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Yongsan Garrison commander Col. Dave Hall presents Shalom House director Bill Meyers with a check for $19,733.87. The money — gathered from military chapel collection plates — will be used to support Raphael Clinic, a Catholic organization that provides free medical care to third-country nationals.
Yongsan Garrison commander Col. Dave Hall presents Shalom House director Bill Meyers with a check for $19,733.87. The money — gathered from military chapel collection plates — will be used to support Raphael Clinic, a Catholic organization that provides free medical care to third-country nationals. (Jimmy Norris / S&S)

YONGSAN GARRISON, South Korea — Members of the U.S. military community on Wednesday donated more than $19,000 to a free medical clinic for third-country nationals living in South Korea.

The donation, gathered from chapel offering plates on U.S. bases across the peninsula one weekend in October, was presented at Yongsan Garrison.

“I am proud of Chaplain (Lt. Col. James) King and what he’s done in recognizing the value of this,” said garrison commander Col. Dave Hall after presenting the check to Shalom House director Bill Meyers.

Shalom House is an off-post organization for Christian servicemembers that opened outside Camp Casey in 1968 at the request of the U.S. Army chaplains serving there. According to a brochure, the Shalom House “continues to support the U.S. Army Chaplain Corps and chapel programs.”

The Shalom House welcomes members of a Catholic organization, the Raphael Clinic, every two weeks to provide free medical care to third-country nationals — mainly the Filipina women working in the local bars, Meyers said.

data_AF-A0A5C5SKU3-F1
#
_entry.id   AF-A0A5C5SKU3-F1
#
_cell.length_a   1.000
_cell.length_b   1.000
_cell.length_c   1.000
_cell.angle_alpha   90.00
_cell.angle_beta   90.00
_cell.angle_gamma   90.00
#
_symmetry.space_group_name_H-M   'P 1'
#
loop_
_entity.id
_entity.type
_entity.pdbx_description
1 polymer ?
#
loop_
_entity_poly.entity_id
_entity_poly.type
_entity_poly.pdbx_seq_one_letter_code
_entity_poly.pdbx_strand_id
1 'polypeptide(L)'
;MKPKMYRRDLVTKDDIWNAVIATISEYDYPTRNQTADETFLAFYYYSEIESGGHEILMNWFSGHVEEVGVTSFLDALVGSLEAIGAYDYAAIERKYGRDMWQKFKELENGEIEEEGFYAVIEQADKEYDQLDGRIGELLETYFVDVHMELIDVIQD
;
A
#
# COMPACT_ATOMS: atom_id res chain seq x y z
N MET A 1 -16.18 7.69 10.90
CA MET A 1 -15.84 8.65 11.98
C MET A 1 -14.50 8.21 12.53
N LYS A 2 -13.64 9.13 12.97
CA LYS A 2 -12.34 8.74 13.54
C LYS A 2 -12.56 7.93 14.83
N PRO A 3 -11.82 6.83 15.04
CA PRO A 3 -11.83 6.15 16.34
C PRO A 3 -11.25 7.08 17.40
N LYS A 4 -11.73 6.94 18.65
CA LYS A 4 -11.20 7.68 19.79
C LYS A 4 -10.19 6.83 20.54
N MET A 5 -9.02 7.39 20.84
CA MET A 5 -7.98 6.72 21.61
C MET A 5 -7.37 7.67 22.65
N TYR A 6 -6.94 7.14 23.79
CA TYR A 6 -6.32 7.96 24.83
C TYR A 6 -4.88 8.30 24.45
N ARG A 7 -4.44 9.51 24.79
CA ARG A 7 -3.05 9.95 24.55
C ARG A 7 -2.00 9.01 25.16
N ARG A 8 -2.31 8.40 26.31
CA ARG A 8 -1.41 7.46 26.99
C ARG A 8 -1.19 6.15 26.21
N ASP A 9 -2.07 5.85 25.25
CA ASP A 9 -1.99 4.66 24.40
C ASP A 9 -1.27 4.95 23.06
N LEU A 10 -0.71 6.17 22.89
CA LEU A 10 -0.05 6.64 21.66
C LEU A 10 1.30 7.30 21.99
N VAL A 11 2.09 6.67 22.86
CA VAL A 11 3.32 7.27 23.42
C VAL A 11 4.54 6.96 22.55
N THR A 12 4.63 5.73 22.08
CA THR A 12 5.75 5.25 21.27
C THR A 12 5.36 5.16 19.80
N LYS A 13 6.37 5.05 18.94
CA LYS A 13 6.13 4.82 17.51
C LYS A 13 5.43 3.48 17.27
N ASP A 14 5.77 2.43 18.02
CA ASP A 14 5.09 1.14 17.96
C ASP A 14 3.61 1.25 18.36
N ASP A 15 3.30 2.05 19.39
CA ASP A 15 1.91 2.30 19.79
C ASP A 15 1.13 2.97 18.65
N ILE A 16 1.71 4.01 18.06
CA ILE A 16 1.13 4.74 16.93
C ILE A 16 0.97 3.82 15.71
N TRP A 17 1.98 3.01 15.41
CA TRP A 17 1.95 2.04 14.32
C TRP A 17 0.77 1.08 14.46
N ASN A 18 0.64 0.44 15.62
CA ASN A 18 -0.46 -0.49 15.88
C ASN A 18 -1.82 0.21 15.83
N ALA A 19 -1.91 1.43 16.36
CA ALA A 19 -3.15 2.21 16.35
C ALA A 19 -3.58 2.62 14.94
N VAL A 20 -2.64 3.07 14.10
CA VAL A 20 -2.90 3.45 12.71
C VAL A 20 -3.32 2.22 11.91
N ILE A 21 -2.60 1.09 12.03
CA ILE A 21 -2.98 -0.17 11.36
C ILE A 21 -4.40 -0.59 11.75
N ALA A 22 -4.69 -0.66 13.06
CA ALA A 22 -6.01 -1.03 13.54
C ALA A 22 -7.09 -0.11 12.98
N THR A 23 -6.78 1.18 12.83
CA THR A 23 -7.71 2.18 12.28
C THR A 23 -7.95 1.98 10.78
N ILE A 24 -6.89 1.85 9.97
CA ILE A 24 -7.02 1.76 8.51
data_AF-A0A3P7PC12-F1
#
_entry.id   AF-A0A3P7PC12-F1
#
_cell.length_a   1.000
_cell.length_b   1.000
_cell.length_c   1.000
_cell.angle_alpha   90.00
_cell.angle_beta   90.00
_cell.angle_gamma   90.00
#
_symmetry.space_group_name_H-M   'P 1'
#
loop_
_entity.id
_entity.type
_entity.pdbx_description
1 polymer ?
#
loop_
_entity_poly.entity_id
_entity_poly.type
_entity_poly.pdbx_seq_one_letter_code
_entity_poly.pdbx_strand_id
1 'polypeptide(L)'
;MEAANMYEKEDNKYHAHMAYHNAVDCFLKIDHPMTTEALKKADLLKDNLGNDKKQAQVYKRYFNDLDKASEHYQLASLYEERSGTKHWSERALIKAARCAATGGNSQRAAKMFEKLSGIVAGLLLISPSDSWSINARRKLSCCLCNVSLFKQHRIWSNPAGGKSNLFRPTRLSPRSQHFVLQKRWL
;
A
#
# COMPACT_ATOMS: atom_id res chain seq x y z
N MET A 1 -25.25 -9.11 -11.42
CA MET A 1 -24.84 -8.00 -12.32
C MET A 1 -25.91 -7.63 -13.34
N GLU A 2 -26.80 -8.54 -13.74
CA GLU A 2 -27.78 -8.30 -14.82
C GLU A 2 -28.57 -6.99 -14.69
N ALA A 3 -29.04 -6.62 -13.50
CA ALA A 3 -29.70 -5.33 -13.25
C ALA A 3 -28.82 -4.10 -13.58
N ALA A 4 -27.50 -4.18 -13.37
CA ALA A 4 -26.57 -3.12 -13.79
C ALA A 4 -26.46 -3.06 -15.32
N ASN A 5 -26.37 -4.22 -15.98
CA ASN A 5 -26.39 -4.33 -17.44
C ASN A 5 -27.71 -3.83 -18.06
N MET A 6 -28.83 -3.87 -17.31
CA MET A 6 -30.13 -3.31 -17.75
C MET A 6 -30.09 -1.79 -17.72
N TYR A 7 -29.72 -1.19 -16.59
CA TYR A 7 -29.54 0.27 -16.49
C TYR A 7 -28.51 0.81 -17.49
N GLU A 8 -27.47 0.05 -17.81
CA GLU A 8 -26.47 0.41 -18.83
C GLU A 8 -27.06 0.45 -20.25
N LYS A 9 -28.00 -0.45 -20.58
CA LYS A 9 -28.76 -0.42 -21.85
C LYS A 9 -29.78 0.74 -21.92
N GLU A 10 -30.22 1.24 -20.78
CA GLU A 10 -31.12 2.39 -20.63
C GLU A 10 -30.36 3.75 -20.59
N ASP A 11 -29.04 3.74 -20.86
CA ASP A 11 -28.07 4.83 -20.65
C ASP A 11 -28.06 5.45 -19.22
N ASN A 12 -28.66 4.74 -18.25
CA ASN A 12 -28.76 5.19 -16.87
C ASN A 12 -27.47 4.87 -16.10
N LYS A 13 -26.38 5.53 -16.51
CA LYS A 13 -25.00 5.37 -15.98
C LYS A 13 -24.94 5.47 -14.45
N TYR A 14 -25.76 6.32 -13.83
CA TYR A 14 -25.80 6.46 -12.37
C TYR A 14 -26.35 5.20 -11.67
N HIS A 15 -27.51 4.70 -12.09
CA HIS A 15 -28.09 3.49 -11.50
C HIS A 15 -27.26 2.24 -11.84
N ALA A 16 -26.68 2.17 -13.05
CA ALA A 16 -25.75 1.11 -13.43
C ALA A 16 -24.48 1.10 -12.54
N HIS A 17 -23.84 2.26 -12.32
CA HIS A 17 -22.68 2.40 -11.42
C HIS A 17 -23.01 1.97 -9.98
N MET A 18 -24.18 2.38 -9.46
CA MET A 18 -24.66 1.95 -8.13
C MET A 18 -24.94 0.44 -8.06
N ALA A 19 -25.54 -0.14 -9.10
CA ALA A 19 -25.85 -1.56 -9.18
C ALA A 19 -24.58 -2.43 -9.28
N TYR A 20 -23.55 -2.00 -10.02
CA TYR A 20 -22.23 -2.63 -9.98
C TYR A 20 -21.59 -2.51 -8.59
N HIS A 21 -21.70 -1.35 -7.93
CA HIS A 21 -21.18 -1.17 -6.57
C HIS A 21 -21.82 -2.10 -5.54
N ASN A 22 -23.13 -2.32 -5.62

Wednesday’s donation is to be used for the Raphael Clinic, officials said.

Meyers said the money will “help people that really need the help desperately.”

The clinics began in early October and are held on alternating Saturdays. They are staffed by volunteers from Seoul National University and are equipped to treat sexually transmitted diseases and to provide prenatal care, dental care and skin care, Meyers said.

U.S. military doctors hope to volunteer at the clinics, but the South Korean government does not recognize their licenses, said Capt. Christopher Perry, a member of the Shalom House board of directors.

Perry said the 18th Medical Command is working on an agreement with Raphael Clinic to recognize U.S. military doctors as legitimate care providers. He said he’s spoken to several medical-care providers in the Camp Casey area, and they are eager to help.

“These people don’t get sufficient health care,” Perry said. “They are an underserved population of largely exploited women.”

Shalom House also hosts a school for Amerasian children, provides conversational English classes, and hosts praise and worship classes.

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